Experts answer: What will happen after the local elections?
According to experts interviewed by Deutsche Welle Turkish service, the loss of some major cities by AKP on March 31,…
According to experts interviewed by Deutsche Welle Turkish service, the loss of some major cities by AKP on March 31, or a 50 percent vote total for AKP-MHP alliance could have short and long-term consequences: the opposition could come early with a demand for general elections or alliances could be broken up.
More of a general election
The March 31st local election campaign is more of a general election, and it is one of the biggest questions of survival for the two competing coalitions who will win in Ankara and Istanbul.
According to the surveys of various polling companies, the Republican People’s Party (CHP) candidate Mansur Yavaş is leading in Ankara. In Istanbul, Justice and Development Party (AKP) candidate Binali Yildirim is ahead, but the leader of the CHP candidate Ekrem Imamoglu said his disadvantage is decreasing gradually. President Tayyip Erdoğan argues that there is inconsistency in the polls and that huge rallies are the best survey for him.
Why is the local election important?
The reason why these elections are important is the possibility of changing hands of the municipalities in Ankara and Istanbul, which have long been seen as the stronghold of the AKP, and the consequences that this could bring to politics.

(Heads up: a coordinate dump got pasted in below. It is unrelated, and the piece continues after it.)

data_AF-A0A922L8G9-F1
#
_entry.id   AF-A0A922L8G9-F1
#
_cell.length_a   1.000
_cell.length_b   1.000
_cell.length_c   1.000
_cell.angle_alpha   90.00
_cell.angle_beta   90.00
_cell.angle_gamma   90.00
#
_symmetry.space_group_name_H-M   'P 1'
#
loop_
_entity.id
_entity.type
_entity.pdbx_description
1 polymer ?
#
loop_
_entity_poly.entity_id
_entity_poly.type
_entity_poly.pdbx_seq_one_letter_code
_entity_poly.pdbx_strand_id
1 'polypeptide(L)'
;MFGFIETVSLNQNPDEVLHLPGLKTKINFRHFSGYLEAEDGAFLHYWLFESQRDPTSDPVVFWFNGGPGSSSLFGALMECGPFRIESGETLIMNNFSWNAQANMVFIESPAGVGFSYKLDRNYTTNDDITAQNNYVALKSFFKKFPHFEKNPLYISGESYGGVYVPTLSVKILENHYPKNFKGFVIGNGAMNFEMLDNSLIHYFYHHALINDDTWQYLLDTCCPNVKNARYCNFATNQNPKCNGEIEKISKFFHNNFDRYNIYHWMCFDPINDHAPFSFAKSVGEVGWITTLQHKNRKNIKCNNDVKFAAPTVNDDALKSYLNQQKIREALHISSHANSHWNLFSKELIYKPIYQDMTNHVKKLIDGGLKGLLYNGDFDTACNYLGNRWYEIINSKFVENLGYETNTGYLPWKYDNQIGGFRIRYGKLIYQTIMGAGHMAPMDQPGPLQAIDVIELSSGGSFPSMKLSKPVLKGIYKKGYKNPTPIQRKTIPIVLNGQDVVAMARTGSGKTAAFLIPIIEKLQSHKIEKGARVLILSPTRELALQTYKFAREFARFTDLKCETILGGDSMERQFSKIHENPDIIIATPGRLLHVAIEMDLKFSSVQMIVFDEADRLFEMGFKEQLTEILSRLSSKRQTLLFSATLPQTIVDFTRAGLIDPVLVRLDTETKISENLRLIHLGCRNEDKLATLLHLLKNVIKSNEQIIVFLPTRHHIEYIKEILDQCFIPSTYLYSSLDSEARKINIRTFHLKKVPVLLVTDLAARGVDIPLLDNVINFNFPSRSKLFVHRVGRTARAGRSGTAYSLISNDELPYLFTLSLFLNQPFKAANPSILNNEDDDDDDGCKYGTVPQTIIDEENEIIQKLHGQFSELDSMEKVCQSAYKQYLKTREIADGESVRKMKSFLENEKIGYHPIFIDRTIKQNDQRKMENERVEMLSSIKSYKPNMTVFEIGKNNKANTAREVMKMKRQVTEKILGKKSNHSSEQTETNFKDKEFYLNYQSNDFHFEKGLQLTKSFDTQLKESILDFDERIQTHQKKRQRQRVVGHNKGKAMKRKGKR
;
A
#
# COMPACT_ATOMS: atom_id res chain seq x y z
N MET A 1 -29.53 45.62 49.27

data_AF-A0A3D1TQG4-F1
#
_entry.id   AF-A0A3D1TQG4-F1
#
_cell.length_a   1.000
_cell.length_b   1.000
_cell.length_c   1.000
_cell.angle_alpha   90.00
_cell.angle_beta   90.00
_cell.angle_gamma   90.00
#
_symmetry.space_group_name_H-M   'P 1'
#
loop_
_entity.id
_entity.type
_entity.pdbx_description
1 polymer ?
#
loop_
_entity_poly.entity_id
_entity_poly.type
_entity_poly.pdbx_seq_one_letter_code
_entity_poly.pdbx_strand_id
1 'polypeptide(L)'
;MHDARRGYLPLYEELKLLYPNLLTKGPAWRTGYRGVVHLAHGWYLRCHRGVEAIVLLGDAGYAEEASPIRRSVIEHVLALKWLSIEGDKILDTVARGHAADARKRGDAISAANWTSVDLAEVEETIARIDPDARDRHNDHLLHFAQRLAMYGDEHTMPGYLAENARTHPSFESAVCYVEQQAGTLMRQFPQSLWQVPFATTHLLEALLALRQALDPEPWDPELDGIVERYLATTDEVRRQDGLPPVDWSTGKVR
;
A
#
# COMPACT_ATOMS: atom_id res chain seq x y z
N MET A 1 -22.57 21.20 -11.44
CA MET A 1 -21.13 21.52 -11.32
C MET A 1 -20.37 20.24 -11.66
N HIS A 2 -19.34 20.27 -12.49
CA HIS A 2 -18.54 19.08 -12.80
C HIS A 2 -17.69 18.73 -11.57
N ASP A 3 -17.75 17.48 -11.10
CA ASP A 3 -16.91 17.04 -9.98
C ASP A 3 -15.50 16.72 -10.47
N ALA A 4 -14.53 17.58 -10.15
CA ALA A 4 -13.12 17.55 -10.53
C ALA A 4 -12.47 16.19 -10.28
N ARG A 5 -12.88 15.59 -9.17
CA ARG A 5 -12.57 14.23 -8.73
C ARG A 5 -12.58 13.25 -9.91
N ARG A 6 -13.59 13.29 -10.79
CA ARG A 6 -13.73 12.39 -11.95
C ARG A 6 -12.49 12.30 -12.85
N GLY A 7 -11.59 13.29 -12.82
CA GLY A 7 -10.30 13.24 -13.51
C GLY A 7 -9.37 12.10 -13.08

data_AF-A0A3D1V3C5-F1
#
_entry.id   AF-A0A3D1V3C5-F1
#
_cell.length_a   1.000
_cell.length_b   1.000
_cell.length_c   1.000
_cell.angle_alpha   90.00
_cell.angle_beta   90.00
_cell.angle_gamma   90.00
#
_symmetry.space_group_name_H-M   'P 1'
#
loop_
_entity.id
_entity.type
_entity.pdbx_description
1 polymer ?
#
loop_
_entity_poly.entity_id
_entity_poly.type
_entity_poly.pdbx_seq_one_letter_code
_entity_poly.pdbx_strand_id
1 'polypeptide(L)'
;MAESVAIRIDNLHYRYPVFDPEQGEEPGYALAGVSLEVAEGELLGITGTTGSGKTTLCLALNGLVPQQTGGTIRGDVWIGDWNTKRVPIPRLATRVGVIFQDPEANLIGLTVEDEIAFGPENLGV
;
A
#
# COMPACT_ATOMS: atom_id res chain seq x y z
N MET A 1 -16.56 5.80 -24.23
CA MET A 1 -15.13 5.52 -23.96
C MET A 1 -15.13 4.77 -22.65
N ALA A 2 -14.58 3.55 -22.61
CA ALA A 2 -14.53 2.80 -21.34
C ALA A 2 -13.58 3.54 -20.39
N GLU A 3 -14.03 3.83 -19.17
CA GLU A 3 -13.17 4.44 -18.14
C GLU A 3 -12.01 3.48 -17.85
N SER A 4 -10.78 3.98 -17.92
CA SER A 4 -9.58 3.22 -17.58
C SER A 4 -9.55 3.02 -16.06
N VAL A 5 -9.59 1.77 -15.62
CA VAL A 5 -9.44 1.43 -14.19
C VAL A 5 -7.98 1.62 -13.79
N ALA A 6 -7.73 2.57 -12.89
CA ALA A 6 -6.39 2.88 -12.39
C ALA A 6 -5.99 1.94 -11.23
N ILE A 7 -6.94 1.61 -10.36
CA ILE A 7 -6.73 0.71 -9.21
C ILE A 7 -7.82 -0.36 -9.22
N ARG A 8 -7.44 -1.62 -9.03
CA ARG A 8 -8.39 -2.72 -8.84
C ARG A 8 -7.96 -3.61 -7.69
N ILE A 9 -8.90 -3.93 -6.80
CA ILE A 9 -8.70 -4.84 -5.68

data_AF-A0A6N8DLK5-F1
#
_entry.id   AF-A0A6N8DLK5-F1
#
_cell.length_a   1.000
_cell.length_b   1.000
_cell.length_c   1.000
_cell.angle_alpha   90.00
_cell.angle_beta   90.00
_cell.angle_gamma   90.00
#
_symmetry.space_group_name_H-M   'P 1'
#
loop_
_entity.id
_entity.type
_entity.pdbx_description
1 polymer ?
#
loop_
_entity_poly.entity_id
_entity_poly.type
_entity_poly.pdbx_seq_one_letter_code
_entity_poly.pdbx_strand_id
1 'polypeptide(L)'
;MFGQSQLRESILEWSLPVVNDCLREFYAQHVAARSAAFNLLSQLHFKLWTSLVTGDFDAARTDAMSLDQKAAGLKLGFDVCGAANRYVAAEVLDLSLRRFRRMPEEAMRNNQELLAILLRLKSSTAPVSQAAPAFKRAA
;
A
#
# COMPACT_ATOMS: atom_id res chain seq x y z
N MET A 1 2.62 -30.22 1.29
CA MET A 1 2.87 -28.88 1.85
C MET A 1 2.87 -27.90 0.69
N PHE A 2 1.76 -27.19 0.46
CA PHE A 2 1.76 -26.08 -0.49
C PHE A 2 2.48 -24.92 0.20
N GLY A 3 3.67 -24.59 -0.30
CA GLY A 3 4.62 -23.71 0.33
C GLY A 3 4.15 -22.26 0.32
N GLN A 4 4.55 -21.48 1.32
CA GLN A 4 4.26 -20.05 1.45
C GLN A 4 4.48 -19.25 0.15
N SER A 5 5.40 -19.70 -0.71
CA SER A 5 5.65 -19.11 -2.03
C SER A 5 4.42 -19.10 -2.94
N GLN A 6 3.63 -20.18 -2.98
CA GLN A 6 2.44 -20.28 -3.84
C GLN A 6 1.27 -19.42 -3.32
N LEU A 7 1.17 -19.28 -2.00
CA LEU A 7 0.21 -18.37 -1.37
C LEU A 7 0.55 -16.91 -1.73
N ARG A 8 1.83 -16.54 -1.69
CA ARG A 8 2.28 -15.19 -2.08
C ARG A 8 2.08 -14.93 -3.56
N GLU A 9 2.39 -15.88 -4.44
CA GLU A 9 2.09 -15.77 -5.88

”Repeating April 16“
Political Scientist Deniz Yıldırım says that the change of mood of local elections into a general election is at the same time a preference of both the ruling party and the opposition, but he says he sees President Recep Tayyip Erdoğan as the main factor.
Yildirim said, ‘Erdogan believes that local candidates cannot have as much impact as he wants, and he is sorting the campaign himself out again by consolidating voter support around himself and national issues.’
According to Deniz Yildirim, after the referendum on the constitutional amendment at 16 April (which granted Erdogan executive powers), the debate on the Presidential Government System continued. For this reason, he says, ”for the last two years there has been a kind of repetition of the 16 April referendum” whether it be called a local or a general election—referring to 24 June 2018 general elections.
Konsensus Research CEO Mr. Murat Sarı said that the election campaigns were conducted in the general election mood. Murat Sarı says that there is a serious economic crisis and that citizens are overwhelmed by it. He says; ‘However, the crisis is not something that can be solved by the local authorities, so the mood is spreading towards national issues and politicians automatically.’
If the metropolitan cities change hands, there may be a demand for early general elections
In the local elections, the conquest of big cities, especially Ankara and Istanbul, is symbolic for the parties. But more importantly, in metropolitan cities where the vast majority of voters are gathered, parties have the opportunity to expand their voting bases by catering to large populations directly with the services they promise.